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Internal documents suggest gas industry created global 'disinformation' playbook

The strategy documents from the International Gas Union appear to have been drafted with input from the Canadian Gas Association and show a global campaign to shape the role of LNG in the face of climate action.
LNG tanker
A liquefied natural gas (LNG) tanker passing through the Singapore Strait.

One of the world’s largest gas industry groups appears to have quietly created a public messaging playbook to combat an “active global debate” around climate change and push back against a “potentially existential” threat to its worldwide operations, documents show.

Describing itself as “the spokesperson for the gas industry worldwide,” the International Gas Union (IGU) is made up of more than 150 members, from household fossil fuel giants like Shell and ExxonMobil to the Canadian Gas Association (CGA) — a national group representing companies like FortisBC, Enbridge and TC Energy. Together, the IGU says it represents 90 per cent of the global gas market. 

The previously unseen documents, produced between 2017 to 2021 and gathered while temporarily posted to the IGU’s website, were released in a report late Wednesday from the climate research group InfluenceMap. They show how the IGU has sought shape the narrative that gas plays in a world increasingly pushing toward decarbonization. 

“Climate action poses an existential threat to this industry. They work by causing climate change. So they are fighting back,” said Kathryn Harrison, a climate policy researcher at the University of British Columbia.

One 2021 IGU strategy document raises concerns around the global movement to address climate change following the Paris agreement to keep global warming to well below two degrees Celsius above pre-Industrial levels — the threshold beyond which scientists say the world will face catastrophic damage.

“This debate could be potentially existential for the global natural gas value chain,” reads an IGU document. 

Regulatory changes “could have highly damaging effects to the industry,” and so it’s in the IGU’s interest, it added, to “find a positive message to defend and enhance the role of gas in the global energy dynamic.”

According to the the IGU's “messaging architecture,” members should support the Paris agreement, while framing natural gas as a necessary ingredient in transitioning to a decarbonized global economy. On the other hand, the IGU plan urges members to “challenge short-sighted, binary approaches toward energy” and balance messaging on the impacts of climate change with energy security and affordability.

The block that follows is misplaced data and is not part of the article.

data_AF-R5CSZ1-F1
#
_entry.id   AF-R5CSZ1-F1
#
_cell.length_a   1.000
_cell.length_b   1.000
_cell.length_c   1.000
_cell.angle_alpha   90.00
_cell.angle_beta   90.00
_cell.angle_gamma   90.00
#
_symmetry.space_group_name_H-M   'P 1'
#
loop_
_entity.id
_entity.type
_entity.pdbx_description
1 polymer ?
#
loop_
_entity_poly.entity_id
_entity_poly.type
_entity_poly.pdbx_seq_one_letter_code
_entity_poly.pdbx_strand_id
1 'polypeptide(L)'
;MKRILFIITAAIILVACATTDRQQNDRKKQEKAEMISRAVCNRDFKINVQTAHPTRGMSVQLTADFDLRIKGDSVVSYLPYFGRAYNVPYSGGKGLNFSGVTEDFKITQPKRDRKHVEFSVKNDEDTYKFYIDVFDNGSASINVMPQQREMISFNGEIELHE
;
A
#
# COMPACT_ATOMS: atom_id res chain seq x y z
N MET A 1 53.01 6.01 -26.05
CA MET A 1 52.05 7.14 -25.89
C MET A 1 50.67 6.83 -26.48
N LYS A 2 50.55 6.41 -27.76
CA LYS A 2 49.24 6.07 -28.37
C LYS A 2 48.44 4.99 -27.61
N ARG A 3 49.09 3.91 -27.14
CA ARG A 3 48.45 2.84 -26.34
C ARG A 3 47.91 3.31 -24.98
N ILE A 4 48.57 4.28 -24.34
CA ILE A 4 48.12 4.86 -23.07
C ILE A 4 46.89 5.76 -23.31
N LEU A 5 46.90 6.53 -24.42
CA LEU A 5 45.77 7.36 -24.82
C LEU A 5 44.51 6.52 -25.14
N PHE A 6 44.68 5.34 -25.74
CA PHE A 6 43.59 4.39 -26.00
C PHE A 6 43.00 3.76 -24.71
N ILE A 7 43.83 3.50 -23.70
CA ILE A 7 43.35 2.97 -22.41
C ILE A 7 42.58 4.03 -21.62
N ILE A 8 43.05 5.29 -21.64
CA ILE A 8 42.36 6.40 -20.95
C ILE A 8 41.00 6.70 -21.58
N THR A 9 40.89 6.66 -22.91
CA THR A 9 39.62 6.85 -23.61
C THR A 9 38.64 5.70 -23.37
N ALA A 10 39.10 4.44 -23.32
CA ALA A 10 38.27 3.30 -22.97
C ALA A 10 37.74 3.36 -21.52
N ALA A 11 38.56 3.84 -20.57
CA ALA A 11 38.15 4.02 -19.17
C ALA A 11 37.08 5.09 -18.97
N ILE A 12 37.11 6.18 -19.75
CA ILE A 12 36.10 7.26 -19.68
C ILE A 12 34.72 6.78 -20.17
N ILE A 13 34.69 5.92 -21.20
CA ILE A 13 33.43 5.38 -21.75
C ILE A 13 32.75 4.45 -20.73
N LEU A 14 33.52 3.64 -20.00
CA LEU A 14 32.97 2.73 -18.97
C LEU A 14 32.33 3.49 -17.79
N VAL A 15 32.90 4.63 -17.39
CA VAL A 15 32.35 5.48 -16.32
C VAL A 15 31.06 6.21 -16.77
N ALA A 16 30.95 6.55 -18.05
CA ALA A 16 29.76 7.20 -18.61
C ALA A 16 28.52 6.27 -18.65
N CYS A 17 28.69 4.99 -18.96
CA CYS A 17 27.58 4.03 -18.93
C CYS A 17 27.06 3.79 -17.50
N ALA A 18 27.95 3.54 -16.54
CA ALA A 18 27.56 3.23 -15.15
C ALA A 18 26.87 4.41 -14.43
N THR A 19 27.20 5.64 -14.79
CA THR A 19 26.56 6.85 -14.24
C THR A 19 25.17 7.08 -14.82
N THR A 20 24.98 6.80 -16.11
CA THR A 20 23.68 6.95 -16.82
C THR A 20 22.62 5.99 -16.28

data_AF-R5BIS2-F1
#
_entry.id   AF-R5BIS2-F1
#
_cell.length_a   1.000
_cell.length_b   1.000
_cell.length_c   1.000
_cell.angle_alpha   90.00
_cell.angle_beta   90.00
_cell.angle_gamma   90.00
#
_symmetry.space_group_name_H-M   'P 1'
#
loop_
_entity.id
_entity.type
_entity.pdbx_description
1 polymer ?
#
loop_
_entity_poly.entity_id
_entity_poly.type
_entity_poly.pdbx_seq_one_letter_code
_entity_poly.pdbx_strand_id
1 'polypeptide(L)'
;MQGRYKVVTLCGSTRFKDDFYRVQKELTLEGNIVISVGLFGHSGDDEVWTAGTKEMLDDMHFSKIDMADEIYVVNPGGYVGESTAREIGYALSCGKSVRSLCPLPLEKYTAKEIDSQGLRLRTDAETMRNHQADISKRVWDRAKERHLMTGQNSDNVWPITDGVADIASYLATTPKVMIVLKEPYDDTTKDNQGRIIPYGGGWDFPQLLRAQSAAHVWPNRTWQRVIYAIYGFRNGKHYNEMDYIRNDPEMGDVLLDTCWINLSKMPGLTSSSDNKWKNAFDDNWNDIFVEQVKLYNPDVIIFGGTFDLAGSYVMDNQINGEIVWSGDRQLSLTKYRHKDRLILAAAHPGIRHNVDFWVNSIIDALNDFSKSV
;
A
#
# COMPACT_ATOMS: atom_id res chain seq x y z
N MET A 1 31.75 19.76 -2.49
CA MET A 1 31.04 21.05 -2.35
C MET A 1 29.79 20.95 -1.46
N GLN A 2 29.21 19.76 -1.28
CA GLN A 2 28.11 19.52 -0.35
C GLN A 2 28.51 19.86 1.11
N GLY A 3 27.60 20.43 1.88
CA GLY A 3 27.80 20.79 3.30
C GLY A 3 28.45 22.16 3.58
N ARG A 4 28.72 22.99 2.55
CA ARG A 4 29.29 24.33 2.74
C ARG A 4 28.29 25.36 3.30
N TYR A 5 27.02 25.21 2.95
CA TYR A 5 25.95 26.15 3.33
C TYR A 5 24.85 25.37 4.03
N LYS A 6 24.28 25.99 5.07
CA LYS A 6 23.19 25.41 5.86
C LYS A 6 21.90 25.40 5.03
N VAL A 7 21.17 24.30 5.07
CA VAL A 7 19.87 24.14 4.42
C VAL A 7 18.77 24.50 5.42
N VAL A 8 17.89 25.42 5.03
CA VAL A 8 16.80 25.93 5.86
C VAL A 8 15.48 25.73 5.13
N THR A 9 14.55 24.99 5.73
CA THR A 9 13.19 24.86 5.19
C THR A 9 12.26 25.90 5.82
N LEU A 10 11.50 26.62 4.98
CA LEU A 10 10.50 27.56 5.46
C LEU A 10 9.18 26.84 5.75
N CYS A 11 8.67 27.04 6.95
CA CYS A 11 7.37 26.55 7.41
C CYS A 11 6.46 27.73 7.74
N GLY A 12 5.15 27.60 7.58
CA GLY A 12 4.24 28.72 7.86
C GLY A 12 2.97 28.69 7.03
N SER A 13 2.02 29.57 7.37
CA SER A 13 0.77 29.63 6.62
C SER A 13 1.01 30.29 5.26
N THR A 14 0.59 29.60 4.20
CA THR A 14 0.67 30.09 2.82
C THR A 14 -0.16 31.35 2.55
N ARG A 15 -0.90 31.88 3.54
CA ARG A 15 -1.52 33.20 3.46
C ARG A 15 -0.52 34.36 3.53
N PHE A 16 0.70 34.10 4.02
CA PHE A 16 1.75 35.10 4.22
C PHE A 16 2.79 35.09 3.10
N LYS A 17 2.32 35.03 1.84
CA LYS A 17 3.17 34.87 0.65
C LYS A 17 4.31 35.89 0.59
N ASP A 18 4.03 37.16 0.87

In a written statement, a spokesperson for the IGU reiterated many of the points laid out in the strategy documents, including describing gas as a “balancer of the power system” that will help scale renewable energy.

The group advocates for gas, wrote IGU’s Tatiana Khanberg, “because switching from coal to natural gas now reduces climate warming greenhouse gas emissions…”

“The IGU calls for a constructive dialogue between all key actors and stakeholders,” she added.

Khanberg, who used to work as a policy advisor to the Ontario government, according to her LinkedIn profile, did not directly respond to questions around how IGU has run a coordinated messaging campaign, or how its Canadian members have used its playbook.

InfluenceMap's Faye Holder, who helped author the report, said that, like the rest of the world, the documents show “Canadian regulators and the public are finding themselves the target of coordinated gas industry disinformation.”

“This has included advocating for the expansion of LNG on account of its 'lower emissions' and the need for energy security, as well as attempts to weaken the government’s oil and gas emissions cap,” she said.

Latest in a long line of fossil fuel disinformation